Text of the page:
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The 6.2s set the tone for the school. It is incumbent on all the boys in their final year to recognise the importance of the example they set and for them to realise the influence they have. They are custodians of the ethos that make the school what it is: the atmosphere and environment that they have benefited from in the past and that generations will benefit from in the future. Alongside that collective responsibility, each boy should be planning for their own individual future, preparing for life beyond Radley.

Leadership is key. Some will have formal positions and should cherish them, seeking to serve others in what they do and how they do it. But all will have the opportunity to lead and will be expected to do so: to show moral courage in the day-to-day situations they find themselves in to set the very best example of diligence and respect, and to model the best of what a Radley education can achieve such that all who follow them can aspire to the same. They will be expected to lead themselves with increasing confidence and independence and not rely on others – dons, staff or peers – to step in. Equally, we will look to them to lead each other as they pursue the successful results and achievements which will round off their time at Radley in style.

They must keep their destination in mind. Motivation is vital and so we encourage them all to have realistic but aspirational goals and to keep them constantly in mind as they go through the final year. They need to think beyond the immediate horizon as they do their academic work: towards university and beyond. We will create links between them and the Radleian Society so that they have a clear sense of the value of the network they belong to. At the same time, destination must not get in the way of enjoyment of the final twelve months: we want them to stay fully involved, enjoy the opportunities and finish well.

As they leave Radley, we hope each boy is aware of their strengths and weaknesses, confident but not arrogant, fond of Radley but ready for the next step, a fine example of the values Radley instils but an individual in their own right, ambitious for the right things in the right way and with a good foundation on which to build.

Head of Sixth Form: Mr Tim Lawson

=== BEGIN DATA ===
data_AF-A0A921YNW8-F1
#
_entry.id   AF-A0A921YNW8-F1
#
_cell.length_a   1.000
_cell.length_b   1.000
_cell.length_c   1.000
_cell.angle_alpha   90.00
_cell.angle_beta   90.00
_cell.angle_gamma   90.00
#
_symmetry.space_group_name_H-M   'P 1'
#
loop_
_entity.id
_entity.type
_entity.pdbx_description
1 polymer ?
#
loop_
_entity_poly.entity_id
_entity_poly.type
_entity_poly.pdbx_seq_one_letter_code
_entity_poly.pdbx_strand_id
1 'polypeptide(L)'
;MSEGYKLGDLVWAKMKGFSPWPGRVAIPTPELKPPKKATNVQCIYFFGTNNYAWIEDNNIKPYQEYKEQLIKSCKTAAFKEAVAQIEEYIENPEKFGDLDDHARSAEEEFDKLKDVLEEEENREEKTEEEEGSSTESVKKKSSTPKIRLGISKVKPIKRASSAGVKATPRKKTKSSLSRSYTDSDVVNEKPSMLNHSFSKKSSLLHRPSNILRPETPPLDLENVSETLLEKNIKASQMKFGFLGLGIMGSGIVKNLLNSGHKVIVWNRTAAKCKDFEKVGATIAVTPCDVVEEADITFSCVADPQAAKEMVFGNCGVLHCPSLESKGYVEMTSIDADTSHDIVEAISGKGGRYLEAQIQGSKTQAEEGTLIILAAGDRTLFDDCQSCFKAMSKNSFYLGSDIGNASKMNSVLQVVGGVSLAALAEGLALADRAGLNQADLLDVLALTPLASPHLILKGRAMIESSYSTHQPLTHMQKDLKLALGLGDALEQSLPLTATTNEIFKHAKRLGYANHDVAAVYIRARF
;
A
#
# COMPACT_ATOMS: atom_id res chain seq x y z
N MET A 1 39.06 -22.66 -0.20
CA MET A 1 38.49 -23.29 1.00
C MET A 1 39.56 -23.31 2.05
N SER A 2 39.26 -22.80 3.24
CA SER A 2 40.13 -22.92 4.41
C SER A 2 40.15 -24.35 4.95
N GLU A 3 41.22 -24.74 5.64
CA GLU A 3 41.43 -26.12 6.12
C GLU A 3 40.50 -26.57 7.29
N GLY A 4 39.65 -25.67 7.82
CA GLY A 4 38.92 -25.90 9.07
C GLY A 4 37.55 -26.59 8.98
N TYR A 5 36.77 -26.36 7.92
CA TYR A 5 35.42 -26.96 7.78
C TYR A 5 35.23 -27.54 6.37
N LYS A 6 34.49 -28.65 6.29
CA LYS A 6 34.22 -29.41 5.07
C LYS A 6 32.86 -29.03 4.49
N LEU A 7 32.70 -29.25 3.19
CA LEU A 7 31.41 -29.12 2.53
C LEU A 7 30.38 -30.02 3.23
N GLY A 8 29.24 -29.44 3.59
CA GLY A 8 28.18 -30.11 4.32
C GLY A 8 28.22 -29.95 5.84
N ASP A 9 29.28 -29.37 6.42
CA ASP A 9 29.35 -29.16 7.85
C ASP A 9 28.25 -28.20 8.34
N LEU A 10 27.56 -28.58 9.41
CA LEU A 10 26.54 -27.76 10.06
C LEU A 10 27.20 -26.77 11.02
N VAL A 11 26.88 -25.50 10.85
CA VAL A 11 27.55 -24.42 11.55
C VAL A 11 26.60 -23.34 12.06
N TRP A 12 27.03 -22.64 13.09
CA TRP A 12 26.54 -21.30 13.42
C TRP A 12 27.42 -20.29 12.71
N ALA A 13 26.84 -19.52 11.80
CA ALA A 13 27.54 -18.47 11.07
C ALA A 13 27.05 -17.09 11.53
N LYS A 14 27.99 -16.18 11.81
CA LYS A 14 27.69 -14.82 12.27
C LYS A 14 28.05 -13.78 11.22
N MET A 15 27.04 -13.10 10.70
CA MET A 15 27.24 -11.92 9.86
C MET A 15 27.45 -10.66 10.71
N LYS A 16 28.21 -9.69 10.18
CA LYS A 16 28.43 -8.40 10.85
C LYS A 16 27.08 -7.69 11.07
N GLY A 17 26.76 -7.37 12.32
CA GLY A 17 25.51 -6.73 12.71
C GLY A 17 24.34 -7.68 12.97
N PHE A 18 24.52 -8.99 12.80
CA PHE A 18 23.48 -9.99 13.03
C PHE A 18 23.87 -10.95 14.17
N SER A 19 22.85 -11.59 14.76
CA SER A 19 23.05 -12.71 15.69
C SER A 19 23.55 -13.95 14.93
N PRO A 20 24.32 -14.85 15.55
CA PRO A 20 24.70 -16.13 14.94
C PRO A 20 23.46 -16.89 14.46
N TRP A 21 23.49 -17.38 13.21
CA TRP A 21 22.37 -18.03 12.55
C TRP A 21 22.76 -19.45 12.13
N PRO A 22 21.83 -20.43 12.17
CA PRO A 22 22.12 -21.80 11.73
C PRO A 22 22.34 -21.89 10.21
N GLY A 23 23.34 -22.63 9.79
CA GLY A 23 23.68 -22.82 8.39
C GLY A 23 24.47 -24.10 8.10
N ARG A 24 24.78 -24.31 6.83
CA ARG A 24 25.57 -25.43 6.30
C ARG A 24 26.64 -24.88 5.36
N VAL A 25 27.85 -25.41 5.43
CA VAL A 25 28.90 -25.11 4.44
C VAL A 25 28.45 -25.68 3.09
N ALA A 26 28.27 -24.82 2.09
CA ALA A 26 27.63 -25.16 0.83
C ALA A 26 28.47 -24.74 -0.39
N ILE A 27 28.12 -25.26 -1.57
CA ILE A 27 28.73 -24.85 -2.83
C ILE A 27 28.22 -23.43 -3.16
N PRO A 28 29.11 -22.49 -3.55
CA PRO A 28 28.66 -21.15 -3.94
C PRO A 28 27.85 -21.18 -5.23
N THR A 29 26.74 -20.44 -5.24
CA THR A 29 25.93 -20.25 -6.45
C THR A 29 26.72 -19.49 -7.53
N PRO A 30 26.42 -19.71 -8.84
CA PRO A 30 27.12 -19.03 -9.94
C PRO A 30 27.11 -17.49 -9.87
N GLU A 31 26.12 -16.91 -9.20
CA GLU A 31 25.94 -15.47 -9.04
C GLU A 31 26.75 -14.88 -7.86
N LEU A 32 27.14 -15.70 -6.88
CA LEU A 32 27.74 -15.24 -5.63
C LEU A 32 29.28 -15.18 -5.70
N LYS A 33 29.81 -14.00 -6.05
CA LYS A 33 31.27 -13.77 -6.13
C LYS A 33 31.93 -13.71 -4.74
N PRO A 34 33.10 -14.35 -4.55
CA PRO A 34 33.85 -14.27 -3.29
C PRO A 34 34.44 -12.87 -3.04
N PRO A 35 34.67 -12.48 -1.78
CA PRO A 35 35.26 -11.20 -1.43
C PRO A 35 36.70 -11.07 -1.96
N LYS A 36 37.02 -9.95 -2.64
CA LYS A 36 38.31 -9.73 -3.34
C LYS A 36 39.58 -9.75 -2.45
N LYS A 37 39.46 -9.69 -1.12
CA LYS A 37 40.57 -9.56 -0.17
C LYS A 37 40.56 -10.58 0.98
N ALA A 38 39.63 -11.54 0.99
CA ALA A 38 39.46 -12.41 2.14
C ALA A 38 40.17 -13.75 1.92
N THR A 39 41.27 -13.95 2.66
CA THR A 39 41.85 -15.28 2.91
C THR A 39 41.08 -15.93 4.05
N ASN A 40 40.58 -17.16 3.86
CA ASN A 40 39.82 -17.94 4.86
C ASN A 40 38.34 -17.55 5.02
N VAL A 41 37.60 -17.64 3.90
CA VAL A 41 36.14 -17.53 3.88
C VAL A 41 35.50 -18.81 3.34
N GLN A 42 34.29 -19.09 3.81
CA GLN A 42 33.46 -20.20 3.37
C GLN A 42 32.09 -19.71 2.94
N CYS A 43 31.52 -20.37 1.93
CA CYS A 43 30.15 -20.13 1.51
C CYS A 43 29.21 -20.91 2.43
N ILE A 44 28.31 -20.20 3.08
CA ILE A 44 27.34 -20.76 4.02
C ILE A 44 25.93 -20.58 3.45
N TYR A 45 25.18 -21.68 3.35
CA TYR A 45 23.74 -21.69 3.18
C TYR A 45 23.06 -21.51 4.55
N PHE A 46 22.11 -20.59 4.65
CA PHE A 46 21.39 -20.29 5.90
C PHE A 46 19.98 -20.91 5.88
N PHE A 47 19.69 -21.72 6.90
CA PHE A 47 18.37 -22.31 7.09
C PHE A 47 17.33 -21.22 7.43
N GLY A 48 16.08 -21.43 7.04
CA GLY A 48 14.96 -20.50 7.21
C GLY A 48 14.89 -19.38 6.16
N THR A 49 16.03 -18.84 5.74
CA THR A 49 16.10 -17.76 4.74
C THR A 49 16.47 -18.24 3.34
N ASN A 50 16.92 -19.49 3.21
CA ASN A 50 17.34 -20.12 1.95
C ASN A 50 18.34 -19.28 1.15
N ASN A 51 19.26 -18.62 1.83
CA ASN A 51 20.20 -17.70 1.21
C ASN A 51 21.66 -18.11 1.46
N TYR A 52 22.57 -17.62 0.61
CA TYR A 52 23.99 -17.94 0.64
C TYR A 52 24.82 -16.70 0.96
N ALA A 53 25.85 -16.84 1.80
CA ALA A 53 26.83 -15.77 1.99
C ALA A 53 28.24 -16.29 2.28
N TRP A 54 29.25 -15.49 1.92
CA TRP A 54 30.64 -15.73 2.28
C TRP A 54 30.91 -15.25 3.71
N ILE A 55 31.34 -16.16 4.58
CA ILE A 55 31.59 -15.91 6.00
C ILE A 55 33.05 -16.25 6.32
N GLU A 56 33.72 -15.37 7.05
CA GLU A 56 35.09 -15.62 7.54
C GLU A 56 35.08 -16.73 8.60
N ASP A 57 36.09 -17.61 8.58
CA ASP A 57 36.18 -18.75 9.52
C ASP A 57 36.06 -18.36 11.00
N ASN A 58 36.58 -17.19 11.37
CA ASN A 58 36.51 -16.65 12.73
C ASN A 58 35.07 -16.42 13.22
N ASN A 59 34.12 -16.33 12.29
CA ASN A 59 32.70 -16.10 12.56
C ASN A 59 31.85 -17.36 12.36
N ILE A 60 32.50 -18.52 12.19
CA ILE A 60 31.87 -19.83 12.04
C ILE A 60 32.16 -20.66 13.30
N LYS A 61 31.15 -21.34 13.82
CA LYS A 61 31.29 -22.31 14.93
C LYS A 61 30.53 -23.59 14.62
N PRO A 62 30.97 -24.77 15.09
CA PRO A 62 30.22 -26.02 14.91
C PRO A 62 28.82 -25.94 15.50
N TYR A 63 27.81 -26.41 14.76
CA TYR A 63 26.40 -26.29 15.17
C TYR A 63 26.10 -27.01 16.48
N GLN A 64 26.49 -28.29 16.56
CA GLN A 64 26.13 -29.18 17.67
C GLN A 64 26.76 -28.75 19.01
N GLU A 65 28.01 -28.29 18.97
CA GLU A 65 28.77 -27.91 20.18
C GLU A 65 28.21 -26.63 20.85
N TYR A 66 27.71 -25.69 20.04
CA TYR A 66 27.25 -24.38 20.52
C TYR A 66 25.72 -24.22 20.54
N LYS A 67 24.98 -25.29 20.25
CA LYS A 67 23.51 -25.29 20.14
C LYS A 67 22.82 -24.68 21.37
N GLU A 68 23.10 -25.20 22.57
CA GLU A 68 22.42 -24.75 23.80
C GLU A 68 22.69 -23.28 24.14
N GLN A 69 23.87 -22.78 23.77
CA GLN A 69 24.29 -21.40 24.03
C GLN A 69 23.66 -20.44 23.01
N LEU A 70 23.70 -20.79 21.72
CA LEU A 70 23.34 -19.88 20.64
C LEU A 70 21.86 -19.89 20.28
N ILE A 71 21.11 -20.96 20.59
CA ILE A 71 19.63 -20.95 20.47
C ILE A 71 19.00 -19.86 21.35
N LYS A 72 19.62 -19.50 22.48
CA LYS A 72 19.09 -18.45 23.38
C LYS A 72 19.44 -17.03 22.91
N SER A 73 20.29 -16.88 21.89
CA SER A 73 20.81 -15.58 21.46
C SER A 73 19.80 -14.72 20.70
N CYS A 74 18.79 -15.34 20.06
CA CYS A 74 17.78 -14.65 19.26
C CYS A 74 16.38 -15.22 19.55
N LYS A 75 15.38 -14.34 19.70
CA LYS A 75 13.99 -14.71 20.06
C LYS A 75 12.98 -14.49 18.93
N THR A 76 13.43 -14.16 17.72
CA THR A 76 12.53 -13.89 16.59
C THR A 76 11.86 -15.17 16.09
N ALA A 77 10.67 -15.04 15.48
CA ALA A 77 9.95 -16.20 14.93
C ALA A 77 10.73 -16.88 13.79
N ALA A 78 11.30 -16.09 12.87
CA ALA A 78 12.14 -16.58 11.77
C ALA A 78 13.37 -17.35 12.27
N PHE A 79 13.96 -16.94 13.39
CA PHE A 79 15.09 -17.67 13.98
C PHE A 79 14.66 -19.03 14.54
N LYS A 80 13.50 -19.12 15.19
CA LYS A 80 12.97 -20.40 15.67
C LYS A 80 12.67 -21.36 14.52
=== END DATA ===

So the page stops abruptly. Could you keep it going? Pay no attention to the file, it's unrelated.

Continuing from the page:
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Radleian Society event. Man drinking and networking.

Old Radleian

A relationship with Radley can be a relationship for life through The Radleian Society, which exists to harness and connect the 10,000 strong Radley community including current and former parents and staff, as well as Old Radleians.  The Society brings its members together through events, online communities and publications, and seeks to provide opportunities for people to link both socially and professionally, wherever they are in the world.

Networks are vital. There is something hugely reassuring about having access to a group of people who have a shared identity and are willing to help. Radley for Life is the professional networking arm of the Radleian Society and includes a LinkedIn Careers Group with over 2000 members, a series of networking events available for all ages and a team at Radley always willing to help. An Old Radleian need never feel professionally isolated. We also have Radley Connect, our unique website designed to link together those who have a connection with Radley in one place.

There should be much more than utilitarian value in staying in touch, however. There is a sense of community about Radley that marks it out from other schools, and we look to maintain that link as boys leave the College: to go to university (or not) and beyond that into the world, and increasingly to all corners of it. Regular contact is key and that can be both informal and formal: we love to hear from Old Radleians and we will update you regularly on what is happening back at base. There are social events to attend, groups to be part of, teams to play for . . . and we always love to see you visit.

We hope too, that ‘giving back’ will matter to those who leave. The networks depend on people giving time and expertise. The events need volunteers from the community to help them be successful; the publications need contributions and stories to tell.

The Radley Foundation also needs engagement and support from the global Radley community, as it plays a pivotal role in helping to deliver the vision for the school, a vision of enhanced opportunity and increased diversity – through helping those who are financially unable to access a Radley education.  As has always been the case, the College relies on philanthropic generosity to advance what it does. Fee income sustains a school but effective fund-raising drives it; from William Sewell on, Radley has been very fortunate to have those willing to invest in its future. Whether in time, expertise, or money, therefore, and in whatever quantity of each is possible, we hope that the affection for the school will encourage a spirit of generosity, which will in turn strengthen the bond and enrich the community.

Radleian Society